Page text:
Situated in the heart of the Serra de Tramuntana mountain range in the village of Valldemossa, not far away from Deià, the Majorcan finca Son Moragues is a haven for lovers of local, organic produce. This is the place where the famous Majorcan extra virgin olive oil is produced, along with a variety of homemade Mediterranean jams and a wide range of fruits and vegetables. The property has over 100 hectares of dry stone terraced olive groves with over 10,000 olive trees, aged between 200-700 years, and is managed by a young, highly dedicated team using sustainable, certified-organic farming methods. When we passed through in the beginning of October to learn more about the complexity of olive oil, this year’s olive harvest had just started.
"From the beginning to the end, it’s all about adapting to nature and to what we have, rather than adapting it to us."
Tell us a bit about the area around Son Moragues.
Joe: The finca lies in the middle of the Serra de Tramuntana mountain range, designated a World Heritage Site by UNESCO in 2011, because of human impact on the area’s natural ecosystem. When the area was first colonized, around 700 years ago, there were no grounds flat or deep enough to plant new crops. So the inhabitants began to graft the wild olive trees that had grown all over the area for thousands of years. You must know, that wild olive trees are not really productive because of their small olives. Over time, the first terraces and water systems were built, followed by the cultivation of other varieties of fruit and vegetables. Looking back, you can say that the olive tree is the cornerstone of the whole Tramuntana mountain ecosystem.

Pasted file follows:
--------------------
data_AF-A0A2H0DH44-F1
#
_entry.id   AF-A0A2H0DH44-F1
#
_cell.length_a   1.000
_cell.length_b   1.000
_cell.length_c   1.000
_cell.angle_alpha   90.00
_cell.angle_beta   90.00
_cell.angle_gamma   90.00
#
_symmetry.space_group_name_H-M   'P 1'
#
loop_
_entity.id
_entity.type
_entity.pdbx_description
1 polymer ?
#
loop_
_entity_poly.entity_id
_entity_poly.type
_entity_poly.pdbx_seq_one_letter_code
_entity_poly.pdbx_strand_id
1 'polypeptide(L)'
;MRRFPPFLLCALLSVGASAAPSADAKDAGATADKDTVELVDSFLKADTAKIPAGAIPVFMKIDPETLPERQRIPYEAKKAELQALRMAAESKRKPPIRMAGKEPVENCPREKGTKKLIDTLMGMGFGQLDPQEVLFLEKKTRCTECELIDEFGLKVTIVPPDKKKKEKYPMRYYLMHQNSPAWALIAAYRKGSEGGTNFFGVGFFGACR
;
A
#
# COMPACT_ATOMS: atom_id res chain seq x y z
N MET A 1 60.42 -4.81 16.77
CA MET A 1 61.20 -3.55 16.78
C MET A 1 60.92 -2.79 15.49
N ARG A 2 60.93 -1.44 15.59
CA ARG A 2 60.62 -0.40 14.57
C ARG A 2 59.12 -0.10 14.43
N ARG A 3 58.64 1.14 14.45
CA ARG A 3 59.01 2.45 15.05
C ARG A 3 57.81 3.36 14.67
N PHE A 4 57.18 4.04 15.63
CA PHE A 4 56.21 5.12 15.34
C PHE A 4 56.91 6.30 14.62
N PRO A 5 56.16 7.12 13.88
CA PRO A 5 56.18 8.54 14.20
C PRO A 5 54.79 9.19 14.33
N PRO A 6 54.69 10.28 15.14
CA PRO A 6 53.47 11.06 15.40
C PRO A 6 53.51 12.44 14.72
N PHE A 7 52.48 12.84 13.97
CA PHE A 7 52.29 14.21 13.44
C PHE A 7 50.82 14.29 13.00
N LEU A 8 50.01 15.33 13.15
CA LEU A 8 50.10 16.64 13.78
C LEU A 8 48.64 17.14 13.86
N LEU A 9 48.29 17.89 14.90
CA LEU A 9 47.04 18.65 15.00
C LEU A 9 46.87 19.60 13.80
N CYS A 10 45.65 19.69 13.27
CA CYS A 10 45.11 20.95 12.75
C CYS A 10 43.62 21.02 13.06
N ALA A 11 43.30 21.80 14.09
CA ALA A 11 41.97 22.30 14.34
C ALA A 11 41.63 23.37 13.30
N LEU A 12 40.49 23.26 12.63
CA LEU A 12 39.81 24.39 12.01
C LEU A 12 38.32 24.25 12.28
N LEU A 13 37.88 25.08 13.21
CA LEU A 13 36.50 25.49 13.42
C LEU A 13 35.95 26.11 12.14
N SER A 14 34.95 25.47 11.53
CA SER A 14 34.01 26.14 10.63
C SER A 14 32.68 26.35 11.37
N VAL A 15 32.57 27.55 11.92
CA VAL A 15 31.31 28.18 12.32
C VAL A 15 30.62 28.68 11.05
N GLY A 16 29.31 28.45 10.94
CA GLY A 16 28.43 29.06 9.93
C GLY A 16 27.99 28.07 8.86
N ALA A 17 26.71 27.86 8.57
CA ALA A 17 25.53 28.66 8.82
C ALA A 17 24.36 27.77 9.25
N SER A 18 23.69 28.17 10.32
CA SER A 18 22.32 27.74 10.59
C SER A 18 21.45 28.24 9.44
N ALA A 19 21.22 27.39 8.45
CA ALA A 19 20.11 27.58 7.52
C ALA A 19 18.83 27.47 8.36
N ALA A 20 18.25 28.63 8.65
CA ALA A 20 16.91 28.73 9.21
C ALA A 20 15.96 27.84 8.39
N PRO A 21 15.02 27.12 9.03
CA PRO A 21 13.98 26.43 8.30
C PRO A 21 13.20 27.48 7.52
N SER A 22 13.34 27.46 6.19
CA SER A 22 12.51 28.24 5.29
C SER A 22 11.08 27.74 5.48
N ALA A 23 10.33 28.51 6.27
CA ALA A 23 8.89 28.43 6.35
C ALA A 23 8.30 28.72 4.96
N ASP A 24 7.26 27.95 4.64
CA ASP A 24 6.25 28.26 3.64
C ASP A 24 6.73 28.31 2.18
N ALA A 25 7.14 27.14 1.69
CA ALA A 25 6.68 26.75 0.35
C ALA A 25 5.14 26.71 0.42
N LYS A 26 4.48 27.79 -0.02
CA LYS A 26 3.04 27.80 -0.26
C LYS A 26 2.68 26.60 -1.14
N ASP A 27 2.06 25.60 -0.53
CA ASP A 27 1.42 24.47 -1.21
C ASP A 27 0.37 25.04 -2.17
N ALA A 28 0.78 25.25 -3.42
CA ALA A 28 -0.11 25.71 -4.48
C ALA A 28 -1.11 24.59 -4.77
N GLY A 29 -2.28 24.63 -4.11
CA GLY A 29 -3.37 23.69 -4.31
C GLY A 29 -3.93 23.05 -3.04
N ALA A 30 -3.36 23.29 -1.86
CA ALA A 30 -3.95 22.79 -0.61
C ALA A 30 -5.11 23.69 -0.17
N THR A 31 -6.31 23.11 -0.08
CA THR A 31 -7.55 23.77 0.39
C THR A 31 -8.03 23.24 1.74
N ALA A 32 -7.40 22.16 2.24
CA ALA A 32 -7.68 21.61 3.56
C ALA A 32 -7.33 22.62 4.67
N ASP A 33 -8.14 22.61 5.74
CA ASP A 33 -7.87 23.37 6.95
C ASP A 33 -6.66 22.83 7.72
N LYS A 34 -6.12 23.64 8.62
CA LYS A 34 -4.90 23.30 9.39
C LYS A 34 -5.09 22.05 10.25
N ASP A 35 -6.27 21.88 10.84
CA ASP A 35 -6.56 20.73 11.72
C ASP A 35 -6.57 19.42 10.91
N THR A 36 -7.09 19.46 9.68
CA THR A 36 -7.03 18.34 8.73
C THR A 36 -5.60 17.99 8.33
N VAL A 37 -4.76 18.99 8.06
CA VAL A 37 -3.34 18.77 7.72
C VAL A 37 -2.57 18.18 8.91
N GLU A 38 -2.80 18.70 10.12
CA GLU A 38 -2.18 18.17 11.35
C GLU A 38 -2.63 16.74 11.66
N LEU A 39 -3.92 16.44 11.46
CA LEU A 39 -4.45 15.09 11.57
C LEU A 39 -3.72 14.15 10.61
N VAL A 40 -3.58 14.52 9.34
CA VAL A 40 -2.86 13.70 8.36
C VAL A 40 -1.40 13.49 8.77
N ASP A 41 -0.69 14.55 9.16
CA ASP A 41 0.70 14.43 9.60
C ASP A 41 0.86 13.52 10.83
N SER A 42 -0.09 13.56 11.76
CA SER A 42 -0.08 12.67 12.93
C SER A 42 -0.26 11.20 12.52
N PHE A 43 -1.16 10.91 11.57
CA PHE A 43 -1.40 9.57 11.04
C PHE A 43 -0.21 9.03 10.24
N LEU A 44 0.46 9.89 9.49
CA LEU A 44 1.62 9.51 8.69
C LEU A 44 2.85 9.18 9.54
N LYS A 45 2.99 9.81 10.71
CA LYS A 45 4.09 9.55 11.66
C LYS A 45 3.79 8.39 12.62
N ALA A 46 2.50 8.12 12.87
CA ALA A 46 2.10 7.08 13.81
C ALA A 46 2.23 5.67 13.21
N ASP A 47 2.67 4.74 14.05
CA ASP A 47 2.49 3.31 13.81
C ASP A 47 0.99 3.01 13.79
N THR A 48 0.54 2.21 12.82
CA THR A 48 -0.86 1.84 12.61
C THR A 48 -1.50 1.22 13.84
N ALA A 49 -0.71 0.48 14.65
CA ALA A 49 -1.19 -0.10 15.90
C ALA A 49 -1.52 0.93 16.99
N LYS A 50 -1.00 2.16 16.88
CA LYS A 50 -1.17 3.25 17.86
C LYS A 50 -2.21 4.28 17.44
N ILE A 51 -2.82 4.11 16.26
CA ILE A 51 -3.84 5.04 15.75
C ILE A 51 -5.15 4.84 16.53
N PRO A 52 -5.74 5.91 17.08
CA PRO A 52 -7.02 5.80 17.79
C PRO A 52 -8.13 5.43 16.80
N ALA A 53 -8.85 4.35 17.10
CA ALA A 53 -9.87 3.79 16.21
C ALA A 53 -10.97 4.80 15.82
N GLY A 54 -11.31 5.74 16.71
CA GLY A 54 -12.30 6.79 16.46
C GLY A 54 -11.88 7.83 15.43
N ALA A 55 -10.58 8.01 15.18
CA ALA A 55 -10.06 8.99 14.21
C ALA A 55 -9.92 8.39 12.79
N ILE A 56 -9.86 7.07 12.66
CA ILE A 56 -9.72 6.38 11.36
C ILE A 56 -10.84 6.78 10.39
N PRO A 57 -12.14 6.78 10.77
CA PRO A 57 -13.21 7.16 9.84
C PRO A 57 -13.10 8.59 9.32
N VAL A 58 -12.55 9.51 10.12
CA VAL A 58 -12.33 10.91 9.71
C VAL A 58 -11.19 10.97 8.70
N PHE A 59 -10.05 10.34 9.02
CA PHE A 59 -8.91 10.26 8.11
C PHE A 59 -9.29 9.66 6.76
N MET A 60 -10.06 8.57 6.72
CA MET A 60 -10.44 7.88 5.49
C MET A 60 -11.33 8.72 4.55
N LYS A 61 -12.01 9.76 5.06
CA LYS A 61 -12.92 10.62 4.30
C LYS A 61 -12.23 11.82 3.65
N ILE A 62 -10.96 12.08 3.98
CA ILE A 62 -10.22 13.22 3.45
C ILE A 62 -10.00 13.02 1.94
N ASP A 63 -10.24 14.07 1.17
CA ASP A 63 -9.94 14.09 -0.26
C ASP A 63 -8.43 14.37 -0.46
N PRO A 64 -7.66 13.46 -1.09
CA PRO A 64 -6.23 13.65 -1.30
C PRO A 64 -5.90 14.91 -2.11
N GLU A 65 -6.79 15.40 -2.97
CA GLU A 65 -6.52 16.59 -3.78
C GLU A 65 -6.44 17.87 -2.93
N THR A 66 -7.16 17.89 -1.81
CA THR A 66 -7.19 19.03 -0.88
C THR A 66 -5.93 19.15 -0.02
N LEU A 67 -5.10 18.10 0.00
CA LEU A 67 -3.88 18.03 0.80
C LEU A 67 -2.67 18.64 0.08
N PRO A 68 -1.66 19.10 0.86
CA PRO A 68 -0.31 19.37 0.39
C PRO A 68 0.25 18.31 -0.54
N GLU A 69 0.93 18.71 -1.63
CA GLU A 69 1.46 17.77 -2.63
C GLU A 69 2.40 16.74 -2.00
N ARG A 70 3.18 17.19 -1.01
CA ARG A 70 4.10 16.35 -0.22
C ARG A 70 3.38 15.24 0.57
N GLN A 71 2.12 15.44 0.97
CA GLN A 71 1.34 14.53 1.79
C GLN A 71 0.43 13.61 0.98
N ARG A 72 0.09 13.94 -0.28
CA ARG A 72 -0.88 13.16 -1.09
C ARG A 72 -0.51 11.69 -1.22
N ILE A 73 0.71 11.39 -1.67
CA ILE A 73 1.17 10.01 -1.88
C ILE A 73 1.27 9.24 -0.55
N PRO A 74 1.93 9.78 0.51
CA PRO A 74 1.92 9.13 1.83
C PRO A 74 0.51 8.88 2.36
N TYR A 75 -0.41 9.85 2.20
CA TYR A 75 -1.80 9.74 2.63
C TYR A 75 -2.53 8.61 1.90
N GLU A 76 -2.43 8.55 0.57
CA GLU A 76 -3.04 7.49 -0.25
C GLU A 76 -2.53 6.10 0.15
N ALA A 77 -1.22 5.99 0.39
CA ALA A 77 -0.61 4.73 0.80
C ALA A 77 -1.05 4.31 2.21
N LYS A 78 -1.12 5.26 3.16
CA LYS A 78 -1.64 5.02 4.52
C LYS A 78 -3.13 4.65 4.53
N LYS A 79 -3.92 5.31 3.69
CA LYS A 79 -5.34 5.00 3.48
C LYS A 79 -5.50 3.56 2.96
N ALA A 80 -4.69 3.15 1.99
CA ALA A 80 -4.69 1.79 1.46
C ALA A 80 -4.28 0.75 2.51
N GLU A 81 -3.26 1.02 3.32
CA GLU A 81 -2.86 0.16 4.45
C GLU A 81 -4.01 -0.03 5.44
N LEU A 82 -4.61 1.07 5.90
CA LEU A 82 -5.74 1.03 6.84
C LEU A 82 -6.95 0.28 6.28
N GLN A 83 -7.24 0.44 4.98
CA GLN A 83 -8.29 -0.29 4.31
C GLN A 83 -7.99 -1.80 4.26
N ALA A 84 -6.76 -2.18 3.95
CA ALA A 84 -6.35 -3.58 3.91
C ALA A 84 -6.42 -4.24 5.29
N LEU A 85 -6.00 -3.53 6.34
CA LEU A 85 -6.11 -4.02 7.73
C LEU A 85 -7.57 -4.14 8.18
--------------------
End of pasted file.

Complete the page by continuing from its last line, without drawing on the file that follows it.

How would you best describe the philosophy of Son Moragues?
Joe: The way we eat, and the way we produce what we eat, is probably one of the biggest problems of our time. But producing with chemicals is almost a default.
At Son Moragues, we believe in taking the best from our history and our traditions, and bringing it back to life with the best contemporary knowledge.
And how exactly do you do that?
Joe: From the beginning to the end, it’s all about adapting to nature and to what we have, rather than adapting it to us. We’re cultivating ancient olive trees, and don’t work with commercially planted ones. Our sheep help to keep the trees healthy by eating the shoots which would deprive the trees of energy, and by producing a natural fertilizer. Being a certified-organic olive oil producing estate, we dispense with any kind of pesticides. Instead, we spray the trees with a natural clay that protects them from the plagues of the undesirable olive fruit flies and the sun of the sweltering Mediterranean summers. Our olives are carefully harvested by hand, and are processed with state of the art centrifuge extractors.
"You can make excellent olive oil with different kinds of olives. Some will be more productive than others.
But what really matters, is the care in the process."
What are the biggest challenges and benefits in producing olive oil sustainably?
Joe: Everything is ten times more difficult, ten times more expensive. But the benefits are massive! Cultivating these olive trees in accordance with nature is the only way to keep this estate and the Tramuntana mountain ecosystem alive. So we have to keep the trees healthy, now more than ever.
Tell us about the olive oil process at Son Moragues. What does it look like?